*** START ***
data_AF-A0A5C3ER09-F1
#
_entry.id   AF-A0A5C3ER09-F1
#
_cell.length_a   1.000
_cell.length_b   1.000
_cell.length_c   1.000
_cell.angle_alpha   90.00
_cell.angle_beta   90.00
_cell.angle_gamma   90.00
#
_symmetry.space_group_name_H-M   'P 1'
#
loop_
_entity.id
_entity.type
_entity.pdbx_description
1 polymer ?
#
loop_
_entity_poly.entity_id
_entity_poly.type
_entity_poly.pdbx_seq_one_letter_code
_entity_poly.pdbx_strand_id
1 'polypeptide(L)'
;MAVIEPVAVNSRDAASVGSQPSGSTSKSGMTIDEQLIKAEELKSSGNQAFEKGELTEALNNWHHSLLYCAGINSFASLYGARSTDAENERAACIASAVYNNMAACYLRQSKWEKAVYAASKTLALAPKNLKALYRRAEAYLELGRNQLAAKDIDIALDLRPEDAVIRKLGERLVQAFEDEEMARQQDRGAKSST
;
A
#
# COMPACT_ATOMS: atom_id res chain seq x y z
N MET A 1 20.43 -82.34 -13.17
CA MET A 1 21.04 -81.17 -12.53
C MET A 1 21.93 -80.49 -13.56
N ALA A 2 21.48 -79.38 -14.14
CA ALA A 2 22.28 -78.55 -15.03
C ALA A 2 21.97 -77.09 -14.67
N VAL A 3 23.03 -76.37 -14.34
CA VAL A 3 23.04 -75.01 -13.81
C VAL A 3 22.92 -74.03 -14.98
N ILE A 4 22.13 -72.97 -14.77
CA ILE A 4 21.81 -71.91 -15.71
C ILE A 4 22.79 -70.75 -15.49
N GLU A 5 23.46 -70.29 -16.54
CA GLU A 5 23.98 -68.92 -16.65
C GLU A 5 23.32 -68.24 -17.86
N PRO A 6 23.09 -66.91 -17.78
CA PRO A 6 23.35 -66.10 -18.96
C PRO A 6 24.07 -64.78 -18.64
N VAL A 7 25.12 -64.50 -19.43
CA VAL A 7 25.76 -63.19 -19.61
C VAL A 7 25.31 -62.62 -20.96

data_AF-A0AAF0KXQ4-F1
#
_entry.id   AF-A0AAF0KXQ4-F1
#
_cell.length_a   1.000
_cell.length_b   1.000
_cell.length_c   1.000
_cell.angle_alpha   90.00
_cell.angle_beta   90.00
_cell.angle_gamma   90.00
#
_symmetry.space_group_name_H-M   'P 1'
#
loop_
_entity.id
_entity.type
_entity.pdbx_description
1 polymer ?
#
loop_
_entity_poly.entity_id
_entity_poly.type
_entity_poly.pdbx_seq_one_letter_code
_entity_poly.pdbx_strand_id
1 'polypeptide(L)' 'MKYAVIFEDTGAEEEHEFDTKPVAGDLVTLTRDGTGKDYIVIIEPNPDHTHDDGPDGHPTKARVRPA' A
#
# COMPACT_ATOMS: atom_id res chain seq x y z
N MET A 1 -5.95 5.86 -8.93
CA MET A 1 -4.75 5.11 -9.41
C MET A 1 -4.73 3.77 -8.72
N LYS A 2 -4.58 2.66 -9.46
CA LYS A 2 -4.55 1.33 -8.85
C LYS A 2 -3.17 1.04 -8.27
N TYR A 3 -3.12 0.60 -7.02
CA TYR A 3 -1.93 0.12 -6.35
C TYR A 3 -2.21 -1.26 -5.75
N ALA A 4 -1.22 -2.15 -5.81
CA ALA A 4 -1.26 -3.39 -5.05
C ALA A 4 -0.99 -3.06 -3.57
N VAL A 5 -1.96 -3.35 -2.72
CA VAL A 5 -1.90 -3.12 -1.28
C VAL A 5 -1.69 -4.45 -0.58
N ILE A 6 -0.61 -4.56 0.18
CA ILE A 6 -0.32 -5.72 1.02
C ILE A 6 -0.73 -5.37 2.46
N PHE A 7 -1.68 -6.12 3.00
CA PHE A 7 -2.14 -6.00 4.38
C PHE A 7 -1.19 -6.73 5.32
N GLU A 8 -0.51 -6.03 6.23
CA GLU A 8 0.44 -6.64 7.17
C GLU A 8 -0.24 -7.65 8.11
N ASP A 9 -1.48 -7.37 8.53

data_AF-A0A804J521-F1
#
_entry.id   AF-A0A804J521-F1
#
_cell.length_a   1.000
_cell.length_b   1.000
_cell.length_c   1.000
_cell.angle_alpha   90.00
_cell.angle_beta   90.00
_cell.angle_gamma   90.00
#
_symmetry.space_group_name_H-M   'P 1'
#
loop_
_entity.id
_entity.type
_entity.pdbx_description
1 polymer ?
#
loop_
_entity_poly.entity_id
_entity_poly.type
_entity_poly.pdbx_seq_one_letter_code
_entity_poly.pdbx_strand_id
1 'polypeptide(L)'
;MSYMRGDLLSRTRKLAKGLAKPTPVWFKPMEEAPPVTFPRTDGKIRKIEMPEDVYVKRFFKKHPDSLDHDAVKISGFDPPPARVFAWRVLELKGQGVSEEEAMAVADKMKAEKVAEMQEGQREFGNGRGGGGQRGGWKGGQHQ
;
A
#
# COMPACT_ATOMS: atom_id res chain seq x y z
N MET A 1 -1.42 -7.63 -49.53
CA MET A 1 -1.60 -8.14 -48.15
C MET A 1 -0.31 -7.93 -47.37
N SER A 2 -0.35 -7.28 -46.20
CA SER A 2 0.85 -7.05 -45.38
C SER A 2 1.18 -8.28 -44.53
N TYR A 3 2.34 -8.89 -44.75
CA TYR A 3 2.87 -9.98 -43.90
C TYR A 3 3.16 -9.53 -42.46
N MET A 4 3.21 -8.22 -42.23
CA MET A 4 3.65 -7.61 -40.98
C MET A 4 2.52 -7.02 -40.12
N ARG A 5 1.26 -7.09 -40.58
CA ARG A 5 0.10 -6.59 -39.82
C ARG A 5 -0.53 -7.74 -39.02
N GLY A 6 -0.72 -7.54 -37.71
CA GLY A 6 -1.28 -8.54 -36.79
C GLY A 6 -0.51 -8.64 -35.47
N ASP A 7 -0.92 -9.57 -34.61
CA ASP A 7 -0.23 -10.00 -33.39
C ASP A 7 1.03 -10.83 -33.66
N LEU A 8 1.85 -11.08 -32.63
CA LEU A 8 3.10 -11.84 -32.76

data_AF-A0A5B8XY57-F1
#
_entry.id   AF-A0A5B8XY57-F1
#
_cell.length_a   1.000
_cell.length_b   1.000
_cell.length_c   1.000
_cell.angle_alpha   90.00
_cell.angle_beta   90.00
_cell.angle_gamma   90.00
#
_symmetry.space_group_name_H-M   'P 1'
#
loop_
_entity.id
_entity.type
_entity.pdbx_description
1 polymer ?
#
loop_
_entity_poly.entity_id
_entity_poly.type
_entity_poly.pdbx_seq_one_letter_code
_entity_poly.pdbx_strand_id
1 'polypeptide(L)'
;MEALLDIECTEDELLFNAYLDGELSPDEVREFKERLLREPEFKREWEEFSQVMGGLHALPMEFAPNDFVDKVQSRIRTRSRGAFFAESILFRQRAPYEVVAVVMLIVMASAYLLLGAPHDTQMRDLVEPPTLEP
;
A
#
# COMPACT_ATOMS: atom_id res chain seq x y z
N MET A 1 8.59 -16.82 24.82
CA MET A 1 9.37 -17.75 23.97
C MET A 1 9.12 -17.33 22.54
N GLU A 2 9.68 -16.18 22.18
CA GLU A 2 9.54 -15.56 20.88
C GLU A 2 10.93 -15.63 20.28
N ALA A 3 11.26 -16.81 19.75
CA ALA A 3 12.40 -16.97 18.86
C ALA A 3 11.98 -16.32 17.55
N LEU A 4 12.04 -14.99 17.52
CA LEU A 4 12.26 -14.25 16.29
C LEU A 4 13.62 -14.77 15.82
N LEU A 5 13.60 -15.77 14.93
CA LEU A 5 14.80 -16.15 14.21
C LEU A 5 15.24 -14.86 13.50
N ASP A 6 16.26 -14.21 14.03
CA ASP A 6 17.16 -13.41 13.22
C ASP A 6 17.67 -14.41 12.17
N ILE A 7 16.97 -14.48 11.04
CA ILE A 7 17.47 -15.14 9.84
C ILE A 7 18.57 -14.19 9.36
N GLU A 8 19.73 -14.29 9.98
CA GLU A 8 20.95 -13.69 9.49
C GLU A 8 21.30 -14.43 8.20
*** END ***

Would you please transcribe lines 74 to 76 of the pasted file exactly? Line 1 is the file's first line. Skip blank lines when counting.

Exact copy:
_entity_poly.pdbx_seq_one_letter_code
_entity_poly.pdbx_strand_id
1 'polypeptide(L)' 'MKYAVIFEDTGAEEEHEFDTKPVAGDLVTLTRDGTGKDYIVIIEPNPDHTHDDGPDGHPTKARVRPA' A